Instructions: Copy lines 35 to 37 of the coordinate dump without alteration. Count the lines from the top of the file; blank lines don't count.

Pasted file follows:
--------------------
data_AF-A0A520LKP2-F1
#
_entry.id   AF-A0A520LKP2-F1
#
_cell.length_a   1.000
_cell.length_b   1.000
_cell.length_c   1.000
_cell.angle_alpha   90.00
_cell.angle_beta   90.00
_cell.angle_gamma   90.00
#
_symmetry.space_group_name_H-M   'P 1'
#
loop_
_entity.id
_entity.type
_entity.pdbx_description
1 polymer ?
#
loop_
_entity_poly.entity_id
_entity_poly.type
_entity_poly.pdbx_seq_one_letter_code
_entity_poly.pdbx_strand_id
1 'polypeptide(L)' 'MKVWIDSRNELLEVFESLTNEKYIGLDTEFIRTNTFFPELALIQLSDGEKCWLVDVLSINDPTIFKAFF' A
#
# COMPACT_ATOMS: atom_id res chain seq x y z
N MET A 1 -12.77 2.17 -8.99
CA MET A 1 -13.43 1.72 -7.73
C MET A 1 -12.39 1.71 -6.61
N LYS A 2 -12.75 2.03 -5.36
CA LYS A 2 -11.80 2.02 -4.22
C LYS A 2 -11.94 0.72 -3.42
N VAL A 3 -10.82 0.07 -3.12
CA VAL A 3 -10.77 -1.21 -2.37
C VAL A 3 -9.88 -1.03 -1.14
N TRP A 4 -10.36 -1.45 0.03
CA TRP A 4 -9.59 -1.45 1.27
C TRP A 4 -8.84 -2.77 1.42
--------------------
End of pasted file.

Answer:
CA VAL A 3 -10.77 -1.21 -2.37
C VAL A 3 -9.88 -1.03 -1.14
N TRP A 4 -10.36 -1.45 0.03